HOMESTEAD EXTENDED STAY HOTEL - HOMESTEAD EXTENDED

Homestead Extended Stay Hotel - Accommodation In Bratislava

Homestead Extended Stay Hotel


homestead extended stay hotel
    homestead extended
  • (Homestead Extension) Homestead Extension of Florida's Turnpike (HEFT), assigned the State Road 821 (SR 821) designation by the Florida Department of Transportation, and originally known as the West Dade Expressway, is a southern extension of the tolled Florida's Turnpike, running around the
    hotel
  • An establishment providing accommodations, meals, and other services for travelers and tourists
  • A code word representing the letter H, used in radio communication
  • In French contexts an hotel particulier is an urban "private house" of a grand sort. Whereas an ordinary maison was built as part of a row, sharing party walls with the houses on either side and directly fronting on a street, an hotel particulier was often free-standing, and by the eighteenth
  • a building where travelers can pay for lodging and meals and other services
  • A hotel is an establishment that provides paid lodging on a short-term basis. The provision of basic accommodation, in times past, consisting only of a room with a bed, a cupboard, a small table and a washstand has largely been replaced by rooms with modern facilities, including en-suite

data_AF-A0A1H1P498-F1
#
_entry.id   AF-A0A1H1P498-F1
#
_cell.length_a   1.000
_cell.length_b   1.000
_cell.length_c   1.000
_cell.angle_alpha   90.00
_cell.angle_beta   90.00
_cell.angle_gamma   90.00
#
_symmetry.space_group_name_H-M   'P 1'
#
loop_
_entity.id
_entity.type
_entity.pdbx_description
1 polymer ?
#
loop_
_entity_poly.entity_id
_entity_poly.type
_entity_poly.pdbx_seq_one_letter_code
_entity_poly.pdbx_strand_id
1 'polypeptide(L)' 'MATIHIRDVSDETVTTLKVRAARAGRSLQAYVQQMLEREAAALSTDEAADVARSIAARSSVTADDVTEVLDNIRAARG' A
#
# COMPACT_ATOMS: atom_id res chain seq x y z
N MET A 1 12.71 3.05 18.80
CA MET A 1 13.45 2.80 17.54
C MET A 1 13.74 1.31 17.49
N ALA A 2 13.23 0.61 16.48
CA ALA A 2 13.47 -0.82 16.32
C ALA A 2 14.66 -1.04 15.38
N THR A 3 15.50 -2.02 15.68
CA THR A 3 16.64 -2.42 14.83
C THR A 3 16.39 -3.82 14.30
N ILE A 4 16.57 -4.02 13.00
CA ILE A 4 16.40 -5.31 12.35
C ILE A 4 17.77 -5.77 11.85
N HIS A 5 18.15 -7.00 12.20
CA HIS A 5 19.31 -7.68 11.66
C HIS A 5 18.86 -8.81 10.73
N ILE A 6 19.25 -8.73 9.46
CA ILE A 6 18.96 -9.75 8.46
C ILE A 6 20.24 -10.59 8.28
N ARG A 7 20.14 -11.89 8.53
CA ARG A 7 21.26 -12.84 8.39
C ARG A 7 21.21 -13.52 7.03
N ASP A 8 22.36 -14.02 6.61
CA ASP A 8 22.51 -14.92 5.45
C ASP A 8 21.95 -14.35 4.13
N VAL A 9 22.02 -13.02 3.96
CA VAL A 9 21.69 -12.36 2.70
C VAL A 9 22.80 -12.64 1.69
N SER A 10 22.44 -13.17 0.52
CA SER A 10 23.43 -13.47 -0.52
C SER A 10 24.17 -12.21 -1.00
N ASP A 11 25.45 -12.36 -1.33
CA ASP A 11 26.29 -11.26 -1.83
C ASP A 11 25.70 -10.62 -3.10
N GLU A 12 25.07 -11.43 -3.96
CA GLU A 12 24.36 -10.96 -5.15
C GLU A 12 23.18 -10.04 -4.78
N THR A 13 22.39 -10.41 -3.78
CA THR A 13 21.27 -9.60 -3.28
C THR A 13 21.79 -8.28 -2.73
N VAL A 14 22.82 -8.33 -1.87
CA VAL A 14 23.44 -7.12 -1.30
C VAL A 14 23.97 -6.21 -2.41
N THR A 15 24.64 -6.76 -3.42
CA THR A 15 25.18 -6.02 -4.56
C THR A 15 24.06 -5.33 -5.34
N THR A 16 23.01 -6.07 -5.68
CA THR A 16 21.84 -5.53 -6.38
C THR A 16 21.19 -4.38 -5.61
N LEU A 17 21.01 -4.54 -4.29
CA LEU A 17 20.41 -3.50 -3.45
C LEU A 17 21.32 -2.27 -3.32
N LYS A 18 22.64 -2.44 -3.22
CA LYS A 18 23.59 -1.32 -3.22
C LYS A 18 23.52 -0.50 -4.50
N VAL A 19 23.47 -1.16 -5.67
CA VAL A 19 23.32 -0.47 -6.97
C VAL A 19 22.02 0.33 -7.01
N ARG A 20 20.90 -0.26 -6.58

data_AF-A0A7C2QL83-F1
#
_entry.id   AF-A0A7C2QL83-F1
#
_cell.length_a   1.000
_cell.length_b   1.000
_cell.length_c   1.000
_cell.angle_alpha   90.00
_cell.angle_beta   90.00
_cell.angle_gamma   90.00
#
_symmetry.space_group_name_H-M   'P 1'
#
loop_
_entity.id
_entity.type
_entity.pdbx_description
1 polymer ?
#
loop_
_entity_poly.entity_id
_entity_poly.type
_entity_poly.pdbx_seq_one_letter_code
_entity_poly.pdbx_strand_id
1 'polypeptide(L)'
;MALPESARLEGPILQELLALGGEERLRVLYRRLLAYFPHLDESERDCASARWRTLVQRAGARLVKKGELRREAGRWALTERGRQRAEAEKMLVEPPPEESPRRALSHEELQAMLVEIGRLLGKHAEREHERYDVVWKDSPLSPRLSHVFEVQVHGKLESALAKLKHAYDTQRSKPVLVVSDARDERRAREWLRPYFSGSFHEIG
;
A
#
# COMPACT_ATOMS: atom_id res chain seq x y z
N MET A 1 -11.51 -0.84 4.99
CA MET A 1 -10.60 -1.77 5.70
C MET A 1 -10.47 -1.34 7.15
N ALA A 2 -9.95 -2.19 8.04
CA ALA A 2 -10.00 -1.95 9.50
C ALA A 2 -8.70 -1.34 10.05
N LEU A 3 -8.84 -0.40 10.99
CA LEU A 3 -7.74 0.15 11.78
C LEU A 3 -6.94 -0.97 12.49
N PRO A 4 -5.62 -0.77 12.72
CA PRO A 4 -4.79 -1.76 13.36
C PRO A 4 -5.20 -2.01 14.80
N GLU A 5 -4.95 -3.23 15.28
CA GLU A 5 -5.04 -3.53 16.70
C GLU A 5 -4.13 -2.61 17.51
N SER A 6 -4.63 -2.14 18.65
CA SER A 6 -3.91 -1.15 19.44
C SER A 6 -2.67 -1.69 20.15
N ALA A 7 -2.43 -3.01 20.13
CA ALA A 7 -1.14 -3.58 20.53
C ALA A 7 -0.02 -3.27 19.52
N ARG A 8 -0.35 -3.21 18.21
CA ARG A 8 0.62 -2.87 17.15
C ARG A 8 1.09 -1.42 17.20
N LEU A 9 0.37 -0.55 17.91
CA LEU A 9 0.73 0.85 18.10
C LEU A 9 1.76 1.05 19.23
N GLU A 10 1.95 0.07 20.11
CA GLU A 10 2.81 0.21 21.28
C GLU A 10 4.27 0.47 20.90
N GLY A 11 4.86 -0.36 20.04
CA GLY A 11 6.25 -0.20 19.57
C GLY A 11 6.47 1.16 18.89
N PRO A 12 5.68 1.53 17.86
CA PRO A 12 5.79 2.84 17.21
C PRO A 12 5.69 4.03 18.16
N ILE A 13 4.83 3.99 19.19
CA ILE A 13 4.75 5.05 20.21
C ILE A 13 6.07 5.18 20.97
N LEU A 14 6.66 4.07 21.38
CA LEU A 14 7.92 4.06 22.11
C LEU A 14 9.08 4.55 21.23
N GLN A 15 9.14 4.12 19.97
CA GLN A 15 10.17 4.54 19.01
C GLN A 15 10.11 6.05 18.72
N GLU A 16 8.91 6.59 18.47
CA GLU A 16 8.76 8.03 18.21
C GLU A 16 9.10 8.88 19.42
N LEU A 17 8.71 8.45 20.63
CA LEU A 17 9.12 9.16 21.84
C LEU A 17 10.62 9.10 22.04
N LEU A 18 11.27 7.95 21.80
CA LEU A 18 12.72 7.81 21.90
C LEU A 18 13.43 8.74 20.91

stay
  • Delay leaving so as to join in (an activity)
  • Remain in the same place
  • (of food) Remain in the stomach, rather than be thrown up as vomit
  • continuing or remaining in a place or state; "they had a nice stay in Paris"; "a lengthy hospital stay"; "a four-month stay in bankruptcy court"
  • arrest: the state of inactivity following an interruption; "the negotiations were in arrest"; "held them in check"; "during the halt he got some lunch"; "the momentary stay enabled him to escape the blow"; "he spent the entire stop in his seat"
  • stay the same; remain in a certain state; "The dress remained wet after repeated attempts to dry it"; "rest assured"; "stay alone"; "He remained unmoved by her tears"; "The bad weather continued for another week"

Wyckoff-Bennett Homestead
Wyckoff-Bennett Homestead